Wednesday, March 31, 2010

Queries Again

I guess I am on a roll with query writing this week. Well, here goes another one.

As I stated yesterday, I have had a huge number of authors submitting YA's (yes this was before I closed the submissions... stay with me on this one). In the majority of the cases, the stories were rejected almost immediately simply because the author did not pay attention to what I am acquiring.

If a writer reviews the style of YA that I accept, he or she will notice that it has to fit the Harlequin Teen line. Nothing else. Let me explain by first showing what the specific guidelines are from the Harlequin site:

Length: 50,000–100,000 words
Senior Editor: Natashya Wilson
Editorial Office: New York

Harlequin Teen is…
Fresh, authentic teen fiction featuring extraordinary characters and extraordinary stories set in contemporary, paranormal, fantasy, science-fiction and historical worlds.

We’re looking for commercial, high-concept stories that capture the teen experience and will speak to readers with power and authenticity. All subgenres are welcome, so long as the book delivers a relevant reading experience that will resonate long after the book’s covers are closed. We expect that many of our stories will include a compelling romantic element.

Harlequin Teen is a single-title program dedicated to building authors and publishing unique, memorable young-adult fiction. Stories with the unforgettable romance, characters and atmosphere of Stephenie Meyer’s Twilight saga, the witty humor of Meg Cabot’s Princess Diaries novels, the edgy emotion of Jay Asher’s Th1rteen Reasons Why, the thrilling danger of Suzanne Collins’s Hunger Games, the futuristic world-building of Scott Westerfeld’s Uglies, and the power of Marcus Zusak’s The Book Thief are examples of the range and depth of projects that we’re seeking.

Now I post this for one reason. These stories state in two places that there will be a "compelling romantic element." Sending me any story about simply teens is not going to cut it. Sending me picture books and children's book isn't going to work either.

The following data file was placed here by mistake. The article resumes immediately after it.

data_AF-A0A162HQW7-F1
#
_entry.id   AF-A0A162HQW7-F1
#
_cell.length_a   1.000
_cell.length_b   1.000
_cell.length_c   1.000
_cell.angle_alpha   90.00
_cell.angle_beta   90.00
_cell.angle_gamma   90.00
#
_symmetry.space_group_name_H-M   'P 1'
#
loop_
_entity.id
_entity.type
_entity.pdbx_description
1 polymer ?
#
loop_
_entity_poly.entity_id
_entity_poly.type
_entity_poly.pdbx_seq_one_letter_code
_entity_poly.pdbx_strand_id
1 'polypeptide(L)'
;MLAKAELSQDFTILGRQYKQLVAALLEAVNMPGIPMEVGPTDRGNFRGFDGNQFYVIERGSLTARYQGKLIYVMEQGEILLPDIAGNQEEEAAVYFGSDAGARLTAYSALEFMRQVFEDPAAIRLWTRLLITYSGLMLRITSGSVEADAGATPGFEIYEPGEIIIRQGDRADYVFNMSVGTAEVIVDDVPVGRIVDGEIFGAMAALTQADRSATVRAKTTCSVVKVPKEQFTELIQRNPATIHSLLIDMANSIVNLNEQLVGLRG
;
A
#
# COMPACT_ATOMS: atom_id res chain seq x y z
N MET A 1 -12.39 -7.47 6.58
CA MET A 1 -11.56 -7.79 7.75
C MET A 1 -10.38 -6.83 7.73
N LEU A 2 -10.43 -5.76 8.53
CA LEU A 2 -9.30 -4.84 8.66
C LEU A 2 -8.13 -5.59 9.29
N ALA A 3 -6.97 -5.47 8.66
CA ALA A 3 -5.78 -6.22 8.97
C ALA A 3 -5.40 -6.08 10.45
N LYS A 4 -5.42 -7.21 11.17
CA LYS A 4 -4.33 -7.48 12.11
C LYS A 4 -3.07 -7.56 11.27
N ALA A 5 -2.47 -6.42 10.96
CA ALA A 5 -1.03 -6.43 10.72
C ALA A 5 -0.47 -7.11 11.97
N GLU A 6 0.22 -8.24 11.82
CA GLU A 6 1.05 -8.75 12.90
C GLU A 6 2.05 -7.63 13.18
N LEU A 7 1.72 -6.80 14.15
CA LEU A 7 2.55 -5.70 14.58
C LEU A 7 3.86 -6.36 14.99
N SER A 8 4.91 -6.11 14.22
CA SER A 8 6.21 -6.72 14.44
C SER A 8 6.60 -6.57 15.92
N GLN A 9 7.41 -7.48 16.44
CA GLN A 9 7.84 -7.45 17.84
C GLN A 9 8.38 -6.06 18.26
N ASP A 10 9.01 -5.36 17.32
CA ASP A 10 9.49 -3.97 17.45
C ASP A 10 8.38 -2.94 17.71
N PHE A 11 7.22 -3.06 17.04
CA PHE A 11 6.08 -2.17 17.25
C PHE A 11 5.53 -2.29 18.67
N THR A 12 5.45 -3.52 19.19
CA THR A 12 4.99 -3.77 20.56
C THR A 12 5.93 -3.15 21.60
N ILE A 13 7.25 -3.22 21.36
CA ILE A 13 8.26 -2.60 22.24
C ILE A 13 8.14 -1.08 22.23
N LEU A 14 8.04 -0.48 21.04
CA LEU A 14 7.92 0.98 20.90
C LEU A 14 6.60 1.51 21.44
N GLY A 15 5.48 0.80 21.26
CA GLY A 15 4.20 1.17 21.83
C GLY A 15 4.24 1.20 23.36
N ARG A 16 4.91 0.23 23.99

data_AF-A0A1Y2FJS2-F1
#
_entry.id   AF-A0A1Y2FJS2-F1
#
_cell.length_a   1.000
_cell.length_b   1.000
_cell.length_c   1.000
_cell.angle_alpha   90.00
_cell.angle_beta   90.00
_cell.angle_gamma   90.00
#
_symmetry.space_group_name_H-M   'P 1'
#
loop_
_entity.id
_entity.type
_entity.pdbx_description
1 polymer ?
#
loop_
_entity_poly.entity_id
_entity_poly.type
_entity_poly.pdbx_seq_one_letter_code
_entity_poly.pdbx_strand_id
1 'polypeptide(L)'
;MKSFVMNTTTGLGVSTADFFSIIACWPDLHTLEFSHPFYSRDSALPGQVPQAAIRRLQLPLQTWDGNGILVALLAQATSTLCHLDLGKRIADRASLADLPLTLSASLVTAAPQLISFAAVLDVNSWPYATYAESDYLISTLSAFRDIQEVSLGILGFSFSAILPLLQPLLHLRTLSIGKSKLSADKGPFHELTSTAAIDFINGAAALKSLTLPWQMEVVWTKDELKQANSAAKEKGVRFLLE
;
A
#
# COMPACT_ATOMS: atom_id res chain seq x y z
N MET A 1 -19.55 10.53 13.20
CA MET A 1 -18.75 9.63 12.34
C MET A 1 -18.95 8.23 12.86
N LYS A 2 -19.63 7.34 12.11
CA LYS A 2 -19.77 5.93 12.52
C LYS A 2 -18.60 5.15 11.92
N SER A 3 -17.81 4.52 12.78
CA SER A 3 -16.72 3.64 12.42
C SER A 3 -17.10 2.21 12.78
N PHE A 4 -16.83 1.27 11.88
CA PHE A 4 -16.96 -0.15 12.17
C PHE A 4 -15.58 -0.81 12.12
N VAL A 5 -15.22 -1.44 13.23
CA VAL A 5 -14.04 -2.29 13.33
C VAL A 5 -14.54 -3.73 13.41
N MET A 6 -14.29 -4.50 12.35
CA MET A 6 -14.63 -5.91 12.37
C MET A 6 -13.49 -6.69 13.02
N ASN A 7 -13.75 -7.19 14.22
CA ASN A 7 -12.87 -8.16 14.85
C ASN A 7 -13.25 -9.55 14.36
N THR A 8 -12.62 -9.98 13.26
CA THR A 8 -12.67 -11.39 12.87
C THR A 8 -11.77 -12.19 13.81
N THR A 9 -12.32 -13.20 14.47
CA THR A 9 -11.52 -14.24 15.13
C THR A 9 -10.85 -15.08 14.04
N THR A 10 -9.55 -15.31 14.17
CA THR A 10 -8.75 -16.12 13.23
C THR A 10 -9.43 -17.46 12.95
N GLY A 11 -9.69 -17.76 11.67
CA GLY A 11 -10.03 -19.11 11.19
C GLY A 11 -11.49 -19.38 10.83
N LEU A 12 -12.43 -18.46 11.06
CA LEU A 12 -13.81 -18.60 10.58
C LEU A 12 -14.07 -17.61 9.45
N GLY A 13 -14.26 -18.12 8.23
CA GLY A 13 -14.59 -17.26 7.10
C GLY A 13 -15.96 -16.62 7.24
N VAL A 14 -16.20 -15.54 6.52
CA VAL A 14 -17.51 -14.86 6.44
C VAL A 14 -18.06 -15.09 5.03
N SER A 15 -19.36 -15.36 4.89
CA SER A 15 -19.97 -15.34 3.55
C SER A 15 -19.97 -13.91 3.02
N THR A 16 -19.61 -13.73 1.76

In this case, this is really one of those times when an author needs to do his or her homework. First. to make sure you fully understand and have read the stories the publisher is putting out there. And secondly, make sure that you are meeting the needs of the agent and following their guidelines.



  1. Thank you, Scott, for providing the nuts-and-bolts of the business. I have learned so much from you by "lurking" and even more from responses to my questions now I'm savvy enough and brave enough to ask. From the tone of your blog entries I can tell you genuinely care about writing and helping writers achieve their goals and will answer questions regardless of the level of sophistication.

    That being said, here's one that might be obvious to others, but I'm left wondering!

    I'm just completing my first paranormal manuscript in a first person (most natural for me). I know urban fantasies are primarily first person, but is there a bias one way or another in other categories?

    My mind is already leaping ahead to the next project. Should I continue to write in first person, or tackle the awkward jump to third person?

    I guess it condenses to: will the choice of POV hurt or help you?

  2. Most of the information I've learned on querying suggests a round-robin approach where you only query a small amount of agents at a time, wait for a response, and then repeat firming up the query as suggestions are made.

    Given slush piles must be formidable at the publishing houses that even accept queries from unpubbed, is it advisable to add editors to the round-robin approach or just focus on agents alone?

  3. Great post - I'm hoping to submit to Harlequin Teen too. I just ordered the new one for July, Carrie Pilby, because it seems a lot different from their other stuff. It's gotten some intriguing reviews. I guess you never know!